Boeing recorded revenues of $64.3 billion in 2010 with a net income of $3.3 billion.  It used to be the market leader before 2007, after which its position was captured by Airbus.
More specifically, in the last 10 years (1999-2008) Airbus received a total of 6,378 orders and delivered 3,606 aircrafts  , whereas Boeing received 6,140 orders and delivered 4,089 aircrafts.  The first mover’s advantage has played a significant role in the case of Boeing; whose aircrafts still outnumber airbus’s primarily because Boeing has been in the market since 1958 whereas airbus entered the market in the 70’s.
Boeing operates as a global company with centralized decision making. Its business level strategy is to maintain its cost effectiveness which is the source of its core competency. It looks for the most efficient and cost effective labour worldwide and aims at developing the best manufacturing capabilities. It has presence in 145 countries with its headquarters in Chicago.  Boeing focuses on large scale integration and believes in maintaining long term strategic relationships with all countries that it operates in.
Till the mid 60s the commercial aviation industry was dominated by American firms such as Boeing and McDonnell Douglas. The other minor European firms that existed were incapable of exerting any significant influence on the industry. These European firms slowly understood that in order to acquire any real market power they would have to form a consortium and act cooperatively. This is how Airbus was officially created in 1970 which was a consortium between France’s Aerospatiale and Germany’s Deutsche Airbus.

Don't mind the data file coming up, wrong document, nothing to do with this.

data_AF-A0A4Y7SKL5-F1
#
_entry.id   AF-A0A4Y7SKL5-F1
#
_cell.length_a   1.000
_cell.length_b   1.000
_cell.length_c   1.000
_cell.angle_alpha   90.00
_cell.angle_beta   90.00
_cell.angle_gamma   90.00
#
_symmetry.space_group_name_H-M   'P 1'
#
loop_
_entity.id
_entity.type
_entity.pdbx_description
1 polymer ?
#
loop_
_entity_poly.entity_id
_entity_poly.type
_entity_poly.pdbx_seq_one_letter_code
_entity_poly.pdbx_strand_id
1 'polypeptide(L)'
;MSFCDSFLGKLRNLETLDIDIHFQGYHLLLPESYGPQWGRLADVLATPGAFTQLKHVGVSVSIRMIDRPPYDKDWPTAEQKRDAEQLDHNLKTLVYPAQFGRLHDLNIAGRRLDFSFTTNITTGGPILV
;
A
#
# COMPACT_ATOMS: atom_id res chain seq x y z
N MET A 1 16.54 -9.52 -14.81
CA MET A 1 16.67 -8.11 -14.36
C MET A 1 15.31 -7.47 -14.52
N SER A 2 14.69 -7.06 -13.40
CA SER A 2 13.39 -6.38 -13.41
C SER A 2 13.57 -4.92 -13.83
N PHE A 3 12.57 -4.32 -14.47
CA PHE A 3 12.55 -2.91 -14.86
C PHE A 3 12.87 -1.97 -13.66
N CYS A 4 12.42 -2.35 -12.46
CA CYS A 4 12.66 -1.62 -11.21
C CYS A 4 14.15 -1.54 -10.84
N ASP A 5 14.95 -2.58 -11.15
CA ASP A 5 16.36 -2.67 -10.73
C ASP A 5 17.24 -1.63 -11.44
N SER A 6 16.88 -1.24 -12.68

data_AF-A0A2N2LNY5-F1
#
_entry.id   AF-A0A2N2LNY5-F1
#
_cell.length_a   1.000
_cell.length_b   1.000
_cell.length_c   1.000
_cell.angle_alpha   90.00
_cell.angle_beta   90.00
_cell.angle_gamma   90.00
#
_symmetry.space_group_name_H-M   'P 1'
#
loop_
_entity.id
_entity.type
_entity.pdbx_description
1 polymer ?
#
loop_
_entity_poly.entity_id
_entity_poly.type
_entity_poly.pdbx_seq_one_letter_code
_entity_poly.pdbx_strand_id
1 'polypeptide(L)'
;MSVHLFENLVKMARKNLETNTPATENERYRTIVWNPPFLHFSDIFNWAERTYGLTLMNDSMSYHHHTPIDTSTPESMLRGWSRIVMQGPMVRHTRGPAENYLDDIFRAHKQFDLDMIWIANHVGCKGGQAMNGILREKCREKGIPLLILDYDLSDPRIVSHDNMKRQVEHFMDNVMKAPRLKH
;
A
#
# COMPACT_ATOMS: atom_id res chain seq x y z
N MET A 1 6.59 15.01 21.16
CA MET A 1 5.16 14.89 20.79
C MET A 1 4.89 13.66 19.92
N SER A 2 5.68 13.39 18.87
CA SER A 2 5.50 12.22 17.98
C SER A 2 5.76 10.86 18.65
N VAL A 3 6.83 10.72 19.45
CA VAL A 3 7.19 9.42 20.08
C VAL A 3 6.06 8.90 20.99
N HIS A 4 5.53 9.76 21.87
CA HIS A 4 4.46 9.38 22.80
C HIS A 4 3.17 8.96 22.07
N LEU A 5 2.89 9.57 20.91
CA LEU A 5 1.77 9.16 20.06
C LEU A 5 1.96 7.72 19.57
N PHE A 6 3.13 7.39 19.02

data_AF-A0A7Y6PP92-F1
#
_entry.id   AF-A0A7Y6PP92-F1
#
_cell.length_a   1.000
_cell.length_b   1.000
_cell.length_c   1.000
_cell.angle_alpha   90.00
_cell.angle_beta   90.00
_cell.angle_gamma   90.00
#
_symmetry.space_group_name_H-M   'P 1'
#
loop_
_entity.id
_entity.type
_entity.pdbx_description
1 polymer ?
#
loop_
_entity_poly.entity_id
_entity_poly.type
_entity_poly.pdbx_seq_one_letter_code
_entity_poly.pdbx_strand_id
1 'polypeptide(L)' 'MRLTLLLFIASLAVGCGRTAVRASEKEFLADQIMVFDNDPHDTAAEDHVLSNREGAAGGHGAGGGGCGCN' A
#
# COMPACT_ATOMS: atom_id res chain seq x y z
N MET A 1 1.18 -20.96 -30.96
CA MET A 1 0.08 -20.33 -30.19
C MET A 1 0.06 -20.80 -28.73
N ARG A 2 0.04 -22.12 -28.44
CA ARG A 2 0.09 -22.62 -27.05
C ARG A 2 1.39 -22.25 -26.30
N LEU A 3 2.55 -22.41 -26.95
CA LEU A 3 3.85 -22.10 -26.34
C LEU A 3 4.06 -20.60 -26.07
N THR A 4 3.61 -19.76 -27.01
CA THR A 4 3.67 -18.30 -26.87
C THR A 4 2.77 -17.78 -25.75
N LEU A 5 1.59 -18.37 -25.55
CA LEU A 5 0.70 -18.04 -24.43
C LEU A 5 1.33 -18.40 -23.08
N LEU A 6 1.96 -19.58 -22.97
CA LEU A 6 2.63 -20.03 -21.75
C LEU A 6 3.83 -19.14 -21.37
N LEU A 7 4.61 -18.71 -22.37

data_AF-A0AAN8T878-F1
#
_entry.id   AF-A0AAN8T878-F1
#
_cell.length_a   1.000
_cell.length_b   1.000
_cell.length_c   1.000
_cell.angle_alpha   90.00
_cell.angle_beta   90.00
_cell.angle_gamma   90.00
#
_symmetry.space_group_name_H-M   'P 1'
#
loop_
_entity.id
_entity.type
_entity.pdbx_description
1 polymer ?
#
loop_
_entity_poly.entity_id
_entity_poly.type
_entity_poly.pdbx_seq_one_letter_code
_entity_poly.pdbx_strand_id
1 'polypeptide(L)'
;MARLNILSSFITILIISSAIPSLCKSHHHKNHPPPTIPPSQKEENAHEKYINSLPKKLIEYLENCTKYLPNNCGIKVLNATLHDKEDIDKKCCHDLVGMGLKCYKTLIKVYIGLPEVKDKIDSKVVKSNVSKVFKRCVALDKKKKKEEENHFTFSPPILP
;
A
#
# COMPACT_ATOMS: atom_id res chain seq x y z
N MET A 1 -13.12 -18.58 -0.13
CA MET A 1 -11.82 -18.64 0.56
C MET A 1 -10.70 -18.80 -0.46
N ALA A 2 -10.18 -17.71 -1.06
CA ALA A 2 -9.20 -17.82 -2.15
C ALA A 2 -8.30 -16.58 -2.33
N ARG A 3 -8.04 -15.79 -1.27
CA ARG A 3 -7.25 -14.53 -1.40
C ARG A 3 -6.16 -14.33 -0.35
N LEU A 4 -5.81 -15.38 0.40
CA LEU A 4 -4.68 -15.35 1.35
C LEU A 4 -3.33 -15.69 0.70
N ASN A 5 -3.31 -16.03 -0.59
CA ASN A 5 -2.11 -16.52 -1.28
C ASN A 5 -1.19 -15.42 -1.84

The companies collaborated in creating the A300, the first Airbus aircraft and also the first twin-engine wide body airliner. It was designed to “fill a gap in the market and to challenge American supremacy in the aviation industry.” 
Slowly as new members joined in, the power of Airbus was growing. With the release of A320 in 1981, Airbus’s position as a major industry competitor was secured. Over the next two decades, Airbus expanded to include the A300/310 family, the A320 family, and the A330/340 family. In 2001, partially in order to be more efficient, productive, and competitive, and partially to prepare for the development of the A380, Airbus Industrie became a single, private company.
Even though as of now it has more market share than Boeing, Airbus witnessed a period of continued losses which it managed to partially recover in 2010. Airbus manufactures and sells A300/A310, A320, A330/A340, A350 and A380 family aircrafts. The full range of commercial aircrafts that the company manufactures can be found in exhibit 2.
Airbus operates in a centralised hub, trying to get cost advantage and quality assurances. Since the assembly requires development of many parts, the manufacturing takes place in various locations worldwide and the parts are finally assembled in Germany. 
Competitive Rivalry: the concept
Competitive rivalry is one of Porter’s five forces. This term describes the intensity of competition between existing players (companies) in an industry.
Low barriers to entry lead to a high competitive rivalry. If it is easy for customers to move to substitute products for example from coke to water then again rivalry will be high. Not all industries are equally competitive. In general, some of the factors leading to high an low competitive rivalry can be stated as:
Factors leading to high competitive rivalry
Factors leading to low competitive rivalry
Low differentiation between products
High differentiation hence leading to brand loyalty
Competitors are of around the same size
Some firms dominate the market
Competitors have similar strategies
Varied strategies, hence independent of each other
High exit barriers
Low exit barriers
Low market growth rates
Market can accommodate competitors (high growth)
High fixed or storage costs
Low fixed costs/ resources are not specific
High “strategic stakes” tied up in capital equipment, research or marketing
The business is strategically less important